If you take the time to read Weingarten's piece, prepare for your heart to be broken. There is the story of the man at the state fair who found his dead child and then, in anguish as carnival music toodled, tried to grab a trooper's gun and kill himself. The father who fought for years to adopt his son from Russia, collapsing to his knees as a jury declares him not guilty of his toddler's death. The man who could hear his car alarm going off in the parking lot and kept clicking it off from his office window, not realizing that what he thought was the sound of annoyance was really the hallmark of his child dying.
Janette Fennell of Kids and Cars says we are entering the season for child heat stroke deaths, which kicks off now as the temps start to rise. We know that 30 to 40 children are going to die of this year, she tells me with a stony sureness.
So what can you do to make sure you are not in that terrible number? If you go to kidsandcars.org and click through to their technology page, you'll find some devices, like the one that plays nursery music anytime the child is in its seat and the car is not moving. But there are also some simple things you can try:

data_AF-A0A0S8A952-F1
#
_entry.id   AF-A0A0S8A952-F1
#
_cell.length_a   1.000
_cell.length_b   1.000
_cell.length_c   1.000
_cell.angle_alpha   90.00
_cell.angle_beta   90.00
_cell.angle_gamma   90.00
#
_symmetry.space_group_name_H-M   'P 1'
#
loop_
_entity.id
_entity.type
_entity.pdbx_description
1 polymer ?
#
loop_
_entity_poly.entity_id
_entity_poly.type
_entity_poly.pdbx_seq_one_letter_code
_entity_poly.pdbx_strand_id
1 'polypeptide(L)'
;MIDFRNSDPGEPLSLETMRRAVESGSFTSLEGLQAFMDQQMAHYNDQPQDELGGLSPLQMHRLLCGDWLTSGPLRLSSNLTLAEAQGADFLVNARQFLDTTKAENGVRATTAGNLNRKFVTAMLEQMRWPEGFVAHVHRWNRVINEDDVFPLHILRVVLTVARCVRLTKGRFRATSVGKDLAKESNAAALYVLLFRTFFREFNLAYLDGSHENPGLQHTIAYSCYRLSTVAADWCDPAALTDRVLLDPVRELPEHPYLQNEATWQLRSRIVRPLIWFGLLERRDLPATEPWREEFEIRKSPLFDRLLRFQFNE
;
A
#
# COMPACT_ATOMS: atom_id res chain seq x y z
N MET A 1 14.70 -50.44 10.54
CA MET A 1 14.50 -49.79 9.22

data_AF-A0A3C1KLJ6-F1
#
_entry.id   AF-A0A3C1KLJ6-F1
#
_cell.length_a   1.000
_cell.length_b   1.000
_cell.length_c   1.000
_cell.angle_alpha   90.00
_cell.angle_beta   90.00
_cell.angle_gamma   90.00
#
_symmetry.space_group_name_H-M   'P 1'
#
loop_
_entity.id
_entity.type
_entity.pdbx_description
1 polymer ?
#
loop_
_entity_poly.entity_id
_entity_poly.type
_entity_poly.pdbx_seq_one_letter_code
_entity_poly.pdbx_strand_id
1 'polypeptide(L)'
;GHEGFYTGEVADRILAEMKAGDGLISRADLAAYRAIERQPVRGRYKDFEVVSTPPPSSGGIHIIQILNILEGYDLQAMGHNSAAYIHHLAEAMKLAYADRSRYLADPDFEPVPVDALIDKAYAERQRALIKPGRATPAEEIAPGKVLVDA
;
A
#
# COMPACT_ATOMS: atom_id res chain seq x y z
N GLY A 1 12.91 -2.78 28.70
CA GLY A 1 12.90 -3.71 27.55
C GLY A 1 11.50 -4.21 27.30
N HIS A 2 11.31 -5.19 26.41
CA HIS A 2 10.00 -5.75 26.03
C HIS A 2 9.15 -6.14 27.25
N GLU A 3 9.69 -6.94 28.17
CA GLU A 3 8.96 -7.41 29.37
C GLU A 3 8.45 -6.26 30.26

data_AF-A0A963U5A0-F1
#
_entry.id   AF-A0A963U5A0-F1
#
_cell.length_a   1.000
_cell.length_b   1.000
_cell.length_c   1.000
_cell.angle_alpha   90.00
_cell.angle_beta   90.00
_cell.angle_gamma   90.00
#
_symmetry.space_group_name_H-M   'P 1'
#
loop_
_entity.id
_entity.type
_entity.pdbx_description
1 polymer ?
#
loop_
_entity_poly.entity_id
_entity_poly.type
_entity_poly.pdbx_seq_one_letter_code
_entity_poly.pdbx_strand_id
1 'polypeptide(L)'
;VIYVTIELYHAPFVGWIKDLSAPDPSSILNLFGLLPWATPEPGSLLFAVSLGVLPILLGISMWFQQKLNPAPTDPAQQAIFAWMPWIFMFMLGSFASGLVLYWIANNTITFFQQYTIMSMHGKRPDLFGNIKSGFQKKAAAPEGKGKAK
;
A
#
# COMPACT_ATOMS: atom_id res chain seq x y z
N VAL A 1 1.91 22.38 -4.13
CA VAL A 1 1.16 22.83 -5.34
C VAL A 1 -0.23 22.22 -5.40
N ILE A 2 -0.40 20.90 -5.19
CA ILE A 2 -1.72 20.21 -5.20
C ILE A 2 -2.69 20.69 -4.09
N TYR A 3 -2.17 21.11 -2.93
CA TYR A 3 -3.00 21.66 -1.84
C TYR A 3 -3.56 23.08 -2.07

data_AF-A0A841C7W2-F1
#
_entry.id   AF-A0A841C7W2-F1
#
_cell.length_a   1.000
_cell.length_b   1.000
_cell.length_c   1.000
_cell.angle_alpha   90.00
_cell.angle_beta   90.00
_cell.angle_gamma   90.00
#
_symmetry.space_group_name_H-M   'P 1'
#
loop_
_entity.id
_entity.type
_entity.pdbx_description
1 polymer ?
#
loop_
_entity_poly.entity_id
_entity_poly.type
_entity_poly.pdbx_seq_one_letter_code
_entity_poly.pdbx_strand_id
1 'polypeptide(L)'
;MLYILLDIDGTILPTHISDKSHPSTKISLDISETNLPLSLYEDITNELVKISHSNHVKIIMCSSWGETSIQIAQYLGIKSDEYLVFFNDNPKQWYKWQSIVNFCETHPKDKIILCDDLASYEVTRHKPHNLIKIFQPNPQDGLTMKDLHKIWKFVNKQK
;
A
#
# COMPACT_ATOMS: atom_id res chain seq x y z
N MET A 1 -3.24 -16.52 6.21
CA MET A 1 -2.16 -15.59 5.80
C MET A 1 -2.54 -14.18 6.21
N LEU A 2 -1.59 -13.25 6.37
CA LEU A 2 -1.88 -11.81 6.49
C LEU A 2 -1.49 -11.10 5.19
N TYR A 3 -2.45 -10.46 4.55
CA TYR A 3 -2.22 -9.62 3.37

- Always put something you know you'll need, like your purse, wallet or cell phone, on the floor of the backseat, near your child
- Keep a large teddy bear in the car seat when your child is not in it. When your child is in his seat, put the bear in the front seat as a reminder of what's in the back
- Make arrangements with your child care provider that if your child is half an hour late without a pre-scheduled absence that they will call you
This blog is perhaps the longest I've written. That is because I recognize myself--- my absentminded, preoccupied self--in Rimma Shvartsman. My chest tightens and I taste metal as I realize just how easily it could be me on my knees, clutching the body of my son. So I write this as a warning to myself as well as to you. Life is ever faster now. Our problems are more constant and our stresses are more straining. Your brain is going to be overloaded. So tap into your evolved side to create a routine to save you and your child now, lest your inner caveman be at fault for yet another family's well of sadness and regret.Read more Parenting Perspective blogs by visiting the Parenting Channel on 6abc.com.
parenting, tamala edwards